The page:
Hamels is in a rut; it's up to Phillies to free him

Cole Hamels. (Yong Kim/Staff Photographer)

The first line drive, off a fat 92-m.p.h. fastball that was Cole Hamels' fourth pitch Sunday, soared over Domonic Brown's head in right field, a long single for Ichiro Suzuki. The second line drive, by Cole Gillespie, nearly split the left-center-field gap. The third line drive, by Christian Yelich, shot back toward the pitching mound and Hamels' head; he had to duck to avoid it.

Bad pitches all, Hamels said late Sunday afternoon. Bad setups. Bad location. Bad, if predictable, results. The trade deadline is July 31, and three innings into an 8-7 victory over the Miami Marlins, 94 games into a season that been the bus crash everyone (except the Phillies themselves) saw coming, there's finally a cause for irrational panic where the Phillies are concerned. Hamels has had two consecutive terrible starts, the worst back-to-back outings in the 10 years he's pitched here, and this bit of lousy timing is supposed to be draining his trade value, as if the prospect of pitching for a contender has become too great a burden for Hamels to bear, as if he were actually torn about leaving the Phillies.

It's a silly thought, but it's perfect for a franchise that has done so little right over the last few years, that has cultivated a kind of dark fatalism within so many of its followers.

"It looks as if that has an effect on him," Phillies interim manager Pete Mackanin said. "But the way I look at it is, this guy was a World Series MVP in 2008. He's pitched in two World Series. He's been an outstanding quality starter for many years. I'd like to believe that hasn't affected him. It might have a little bit, but that's no excuse. He's in a little bit of a rut."

Hamels said Sunday that he is completely healthy, that the wreckage of his last two starts - he has given up 20 hits and 14 earned runs over 61/3 innings - is born of nothing more than a failure to get ahead of hitters and make good pitches when he's down in the count. If that's true, if he's just an adjustment or two away from righting himself, then nothing is fouled up here for the Phillies, not yet. Hamels can make his next scheduled start - Saturday, he said, against the Chicago Cubs - and if he pitches the way he usually does, he can assuage all those possible fears from all those prospective trade partners.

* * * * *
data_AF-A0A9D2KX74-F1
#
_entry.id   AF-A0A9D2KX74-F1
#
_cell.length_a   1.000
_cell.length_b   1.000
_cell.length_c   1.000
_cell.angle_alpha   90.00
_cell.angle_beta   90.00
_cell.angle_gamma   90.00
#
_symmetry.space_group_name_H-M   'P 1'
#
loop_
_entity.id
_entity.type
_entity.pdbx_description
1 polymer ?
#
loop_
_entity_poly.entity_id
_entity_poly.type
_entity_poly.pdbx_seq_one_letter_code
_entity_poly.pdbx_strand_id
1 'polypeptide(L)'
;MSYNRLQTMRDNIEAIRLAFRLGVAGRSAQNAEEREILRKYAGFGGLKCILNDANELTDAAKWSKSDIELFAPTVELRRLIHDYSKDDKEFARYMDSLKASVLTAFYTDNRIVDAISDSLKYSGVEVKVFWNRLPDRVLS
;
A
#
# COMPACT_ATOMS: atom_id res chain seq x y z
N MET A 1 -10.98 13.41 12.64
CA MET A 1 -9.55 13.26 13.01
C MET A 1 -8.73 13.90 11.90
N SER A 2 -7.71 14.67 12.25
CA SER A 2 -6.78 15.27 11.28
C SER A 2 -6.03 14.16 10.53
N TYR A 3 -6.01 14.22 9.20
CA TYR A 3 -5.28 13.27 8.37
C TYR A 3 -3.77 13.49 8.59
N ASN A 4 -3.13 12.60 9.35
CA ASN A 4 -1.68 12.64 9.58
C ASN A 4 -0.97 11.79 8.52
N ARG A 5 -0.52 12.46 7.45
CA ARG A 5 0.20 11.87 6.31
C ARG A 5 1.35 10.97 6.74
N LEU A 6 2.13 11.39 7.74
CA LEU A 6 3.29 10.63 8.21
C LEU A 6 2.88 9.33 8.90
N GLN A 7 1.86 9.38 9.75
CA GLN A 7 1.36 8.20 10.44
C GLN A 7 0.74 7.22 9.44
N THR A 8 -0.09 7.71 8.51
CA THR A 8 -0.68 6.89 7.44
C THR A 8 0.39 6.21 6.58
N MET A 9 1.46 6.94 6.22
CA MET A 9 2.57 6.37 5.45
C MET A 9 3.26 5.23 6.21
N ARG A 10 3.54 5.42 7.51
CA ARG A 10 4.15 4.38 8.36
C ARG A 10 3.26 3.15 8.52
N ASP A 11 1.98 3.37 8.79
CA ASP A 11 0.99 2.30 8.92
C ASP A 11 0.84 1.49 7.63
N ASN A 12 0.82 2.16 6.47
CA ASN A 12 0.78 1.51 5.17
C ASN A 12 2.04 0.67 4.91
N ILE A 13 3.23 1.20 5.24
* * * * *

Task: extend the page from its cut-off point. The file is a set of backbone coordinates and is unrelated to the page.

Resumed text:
"I think my track record speaks for itself," Hamels said. "But I think sometimes you can get yourself in a rut, and you've got to be able to get out and get on a hot streak, and you go for months."


Should the Phillies trade Ben Revere or keep him?

That's what any team that would be looking to acquire Hamels this season is looking for: another hot streak, another stretch like the one he had in that 2008 postseason. Truth be told, the biggest worry here, when it comes to the Phillies trading Hamels, is not Hamels. It's the Phillies. They have a fine line to tread here, and a committee of men with disparate futures with and agendas for the franchise - Pat Gillick, Andy McPhail, Ruben Amaro Jr. - will be doing the treading.

The trade deadline is still almost two weeks away, so the Phillies can wait a little while longer, let Hamels pitch once or even twice more, let the offers marinate, and maybe let the market drive up his price. Understand, though: They should trade him by the end of the month. Really, they have to. The group of starting pitchers who will or could be available in free agency this offseason is so deep and talented - Zack Greinke, David Price, Jordan Zimmermann, Johnny Cueto - that teams will be more reluctant to give up prospects and/or players to get Hamels this winter. And if the Phillies don't deal Hamels before next season begins, then he's just another year older, 32 by then, and still pitching for a bad ball club.

It does the Phillies no good to wait that long, and it likely won't do Hamels any good, either. Maybe the best explanation for his poor performance against the San Francisco Giants on July 10 and the Marlins on Sunday is the simplest: He's tired of waiting. He wants the drama to end. He wants away from this mess.

"It can become an exciting time or, I guess, difficult times for others," he said. "I know being able to play the game of baseball and being able to pitch for this city or for any city, I'm fortunate to be able do so. And I want to do it for as long as I possibly can and help whatever team."

Whatever team, for any city. Yes, Cole Hamels can see the end of his time with the Phillies, and even the ugliness of the last week and a half shouldn't stop him from finding what he seems to be looking for: freedom.